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Medmenham Abbey, in Medmenham, Buckinghamshire, England more
Medmenham is among the prettiest places on the Thames, and the Abbey, bogus structure though it really is, makes a picturesque feature upon the bank. Here was a Cistercian House colonised, the second time in 1212, by monks from Citeaux, [...]. In the beginning of the 16th century, Medmenham Abbey became an appanage of Bisham [...].
Its monks lived the quiet life of the cloister, and it was reserved for the sham monks of the last century, the “Franciscans” of Sir Francis Dashwood and his profligate companions, to awake the echoes with the sounds of their unholy revelry, there devoting themselves, if their contemporaries speak truth, to nameless debauchery. (p. 147)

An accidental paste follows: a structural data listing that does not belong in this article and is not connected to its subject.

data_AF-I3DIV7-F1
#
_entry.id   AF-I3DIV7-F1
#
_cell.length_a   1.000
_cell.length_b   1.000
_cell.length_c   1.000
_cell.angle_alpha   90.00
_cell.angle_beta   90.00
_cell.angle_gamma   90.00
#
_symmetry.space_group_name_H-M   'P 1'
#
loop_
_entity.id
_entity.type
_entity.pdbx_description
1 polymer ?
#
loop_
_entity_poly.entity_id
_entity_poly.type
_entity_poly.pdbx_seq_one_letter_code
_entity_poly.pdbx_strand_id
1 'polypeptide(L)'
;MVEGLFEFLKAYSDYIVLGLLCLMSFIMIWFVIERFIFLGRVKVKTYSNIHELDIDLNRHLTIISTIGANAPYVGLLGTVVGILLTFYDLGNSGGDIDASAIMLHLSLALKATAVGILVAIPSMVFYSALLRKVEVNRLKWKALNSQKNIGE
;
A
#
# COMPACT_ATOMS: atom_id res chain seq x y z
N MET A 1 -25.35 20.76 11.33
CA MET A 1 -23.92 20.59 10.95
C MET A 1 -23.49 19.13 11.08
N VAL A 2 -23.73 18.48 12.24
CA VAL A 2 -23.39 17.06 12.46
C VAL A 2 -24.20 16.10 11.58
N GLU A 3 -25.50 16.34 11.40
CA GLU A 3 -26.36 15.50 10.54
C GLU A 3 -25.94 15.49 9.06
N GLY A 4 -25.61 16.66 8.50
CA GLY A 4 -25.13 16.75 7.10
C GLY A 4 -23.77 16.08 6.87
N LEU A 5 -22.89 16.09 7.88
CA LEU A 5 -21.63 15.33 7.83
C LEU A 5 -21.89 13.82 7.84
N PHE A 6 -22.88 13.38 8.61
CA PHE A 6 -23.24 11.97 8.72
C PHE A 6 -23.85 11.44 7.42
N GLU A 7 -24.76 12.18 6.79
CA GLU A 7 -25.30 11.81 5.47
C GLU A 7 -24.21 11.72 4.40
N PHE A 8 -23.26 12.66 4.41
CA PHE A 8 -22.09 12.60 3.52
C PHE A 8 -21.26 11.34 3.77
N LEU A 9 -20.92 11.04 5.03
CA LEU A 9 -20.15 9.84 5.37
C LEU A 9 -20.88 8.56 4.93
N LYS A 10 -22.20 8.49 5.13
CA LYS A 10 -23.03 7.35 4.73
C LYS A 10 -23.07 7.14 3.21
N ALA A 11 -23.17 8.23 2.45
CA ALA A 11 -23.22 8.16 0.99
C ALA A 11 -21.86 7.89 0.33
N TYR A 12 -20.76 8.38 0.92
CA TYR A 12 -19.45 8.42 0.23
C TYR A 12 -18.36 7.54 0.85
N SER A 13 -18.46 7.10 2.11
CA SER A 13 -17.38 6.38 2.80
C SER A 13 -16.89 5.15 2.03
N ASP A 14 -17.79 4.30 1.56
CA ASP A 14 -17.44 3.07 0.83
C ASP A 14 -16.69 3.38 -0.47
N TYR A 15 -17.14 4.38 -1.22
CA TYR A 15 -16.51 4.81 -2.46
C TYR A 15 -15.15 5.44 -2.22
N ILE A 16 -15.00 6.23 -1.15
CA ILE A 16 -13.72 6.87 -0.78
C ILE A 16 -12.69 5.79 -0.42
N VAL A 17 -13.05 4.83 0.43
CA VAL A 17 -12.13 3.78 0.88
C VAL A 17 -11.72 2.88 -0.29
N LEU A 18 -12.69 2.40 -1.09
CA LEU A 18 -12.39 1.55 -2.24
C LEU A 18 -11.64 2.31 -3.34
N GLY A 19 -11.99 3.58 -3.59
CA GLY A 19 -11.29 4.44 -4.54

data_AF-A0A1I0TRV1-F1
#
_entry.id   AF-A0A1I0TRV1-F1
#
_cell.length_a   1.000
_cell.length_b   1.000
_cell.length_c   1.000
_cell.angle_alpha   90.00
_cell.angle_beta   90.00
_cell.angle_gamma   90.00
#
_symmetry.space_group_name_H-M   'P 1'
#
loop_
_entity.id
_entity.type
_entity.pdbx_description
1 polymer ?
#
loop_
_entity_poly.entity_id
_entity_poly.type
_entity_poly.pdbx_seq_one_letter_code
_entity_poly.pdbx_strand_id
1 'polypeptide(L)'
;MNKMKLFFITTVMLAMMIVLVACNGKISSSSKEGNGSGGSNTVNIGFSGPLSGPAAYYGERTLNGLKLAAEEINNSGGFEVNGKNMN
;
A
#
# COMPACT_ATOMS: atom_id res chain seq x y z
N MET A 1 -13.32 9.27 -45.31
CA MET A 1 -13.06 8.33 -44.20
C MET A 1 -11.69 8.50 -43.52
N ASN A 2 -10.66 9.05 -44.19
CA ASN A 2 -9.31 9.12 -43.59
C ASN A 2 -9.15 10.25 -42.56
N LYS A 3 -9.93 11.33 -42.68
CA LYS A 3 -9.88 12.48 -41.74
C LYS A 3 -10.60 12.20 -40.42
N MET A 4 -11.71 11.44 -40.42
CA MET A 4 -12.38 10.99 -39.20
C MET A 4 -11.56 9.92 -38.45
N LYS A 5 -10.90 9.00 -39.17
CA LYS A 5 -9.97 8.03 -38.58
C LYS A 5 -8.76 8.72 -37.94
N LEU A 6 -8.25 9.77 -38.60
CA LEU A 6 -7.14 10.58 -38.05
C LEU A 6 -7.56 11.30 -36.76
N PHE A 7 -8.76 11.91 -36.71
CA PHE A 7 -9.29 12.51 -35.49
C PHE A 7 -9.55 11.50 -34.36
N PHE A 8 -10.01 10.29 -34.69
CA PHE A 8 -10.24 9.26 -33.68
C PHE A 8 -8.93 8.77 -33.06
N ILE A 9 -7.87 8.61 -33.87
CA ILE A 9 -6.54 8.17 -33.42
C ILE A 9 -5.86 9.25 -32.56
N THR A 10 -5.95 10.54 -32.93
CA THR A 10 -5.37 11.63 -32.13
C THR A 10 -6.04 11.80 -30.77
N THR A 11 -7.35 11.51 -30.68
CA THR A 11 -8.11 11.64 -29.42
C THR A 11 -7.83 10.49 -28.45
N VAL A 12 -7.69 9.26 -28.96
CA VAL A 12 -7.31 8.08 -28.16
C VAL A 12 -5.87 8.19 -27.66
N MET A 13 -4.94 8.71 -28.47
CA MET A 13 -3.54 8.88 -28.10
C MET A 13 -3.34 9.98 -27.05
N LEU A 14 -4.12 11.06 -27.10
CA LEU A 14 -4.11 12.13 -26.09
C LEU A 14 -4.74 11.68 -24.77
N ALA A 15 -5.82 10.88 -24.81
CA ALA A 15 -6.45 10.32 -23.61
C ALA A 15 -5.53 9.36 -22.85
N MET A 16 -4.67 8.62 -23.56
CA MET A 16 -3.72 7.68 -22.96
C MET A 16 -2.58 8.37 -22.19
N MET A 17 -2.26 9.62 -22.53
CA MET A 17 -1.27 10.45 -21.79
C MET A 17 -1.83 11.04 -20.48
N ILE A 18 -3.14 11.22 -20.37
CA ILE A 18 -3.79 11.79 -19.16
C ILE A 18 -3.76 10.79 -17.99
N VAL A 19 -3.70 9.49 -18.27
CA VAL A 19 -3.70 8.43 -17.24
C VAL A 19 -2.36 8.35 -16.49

The book is referring to the fact that Medmenham Abbey, in the 1750s, was a home of the Hellfire Club. The abbey was remodeled for the purpose in the gothic revival style, which may be what Leyland, writing this book, meant by the structure being “bogus.”
The nearby British airbase RAF Medmenham played an important role in Wolrd War II.